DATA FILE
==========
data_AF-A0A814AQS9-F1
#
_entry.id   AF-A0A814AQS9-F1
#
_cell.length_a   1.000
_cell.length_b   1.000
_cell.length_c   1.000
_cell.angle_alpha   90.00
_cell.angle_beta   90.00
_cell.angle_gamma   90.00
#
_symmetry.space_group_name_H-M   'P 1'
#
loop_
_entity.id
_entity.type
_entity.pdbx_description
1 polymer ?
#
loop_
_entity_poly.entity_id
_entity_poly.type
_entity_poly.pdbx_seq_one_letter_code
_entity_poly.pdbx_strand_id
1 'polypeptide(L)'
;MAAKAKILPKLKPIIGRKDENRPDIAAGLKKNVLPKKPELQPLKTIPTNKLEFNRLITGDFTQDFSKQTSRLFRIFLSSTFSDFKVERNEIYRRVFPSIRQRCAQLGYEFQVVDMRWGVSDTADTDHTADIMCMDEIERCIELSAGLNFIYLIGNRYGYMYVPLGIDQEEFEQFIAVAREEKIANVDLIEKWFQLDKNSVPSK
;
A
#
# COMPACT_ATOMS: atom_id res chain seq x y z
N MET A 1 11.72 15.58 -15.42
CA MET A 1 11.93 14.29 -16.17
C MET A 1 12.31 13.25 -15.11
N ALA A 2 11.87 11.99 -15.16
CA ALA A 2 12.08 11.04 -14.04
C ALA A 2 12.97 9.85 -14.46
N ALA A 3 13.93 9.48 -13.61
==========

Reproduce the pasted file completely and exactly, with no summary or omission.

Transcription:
data_AF-A0A814AQS9-F1
#
_entry.id   AF-A0A814AQS9-F1
#
_cell.length_a   1.000
_cell.length_b   1.000
_cell.length_c   1.000
_cell.angle_alpha   90.00
_cell.angle_beta   90.00
_cell.angle_gamma   90.00
#
_symmetry.space_group_name_H-M   'P 1'
#
loop_
_entity.id
_entity.type
_entity.pdbx_description
1 polymer ?
#
loop_
_entity_poly.entity_id
_entity_poly.type
_entity_poly.pdbx_seq_one_letter_code
_entity_poly.pdbx_strand_id
1 'polypeptide(L)'
;MAAKAKILPKLKPIIGRKDENRPDIAAGLKKNVLPKKPELQPLKTIPTNKLEFNRLITGDFTQDFSKQTSRLFRIFLSSTFSDFKVERNEIYRRVFPSIRQRCAQLGYEFQVVDMRWGVSDTADTDHTADIMCMDEIERCIELSAGLNFIYLIGNRYGYMYVPLGIDQEEFEQFIAVAREEKIANVDLIEKWFQLDKNSVPSK
;
A
#
# COMPACT_ATOMS: atom_id res chain seq x y z
N MET A 1 11.72 15.58 -15.42
CA MET A 1 11.93 14.29 -16.17
C MET A 1 12.31 13.25 -15.11
N ALA A 2 11.87 11.99 -15.16
CA ALA A 2 12.08 11.04 -14.04
C ALA A 2 12.97 9.85 -14.46
N ALA A 3 13.93 9.48 -13.61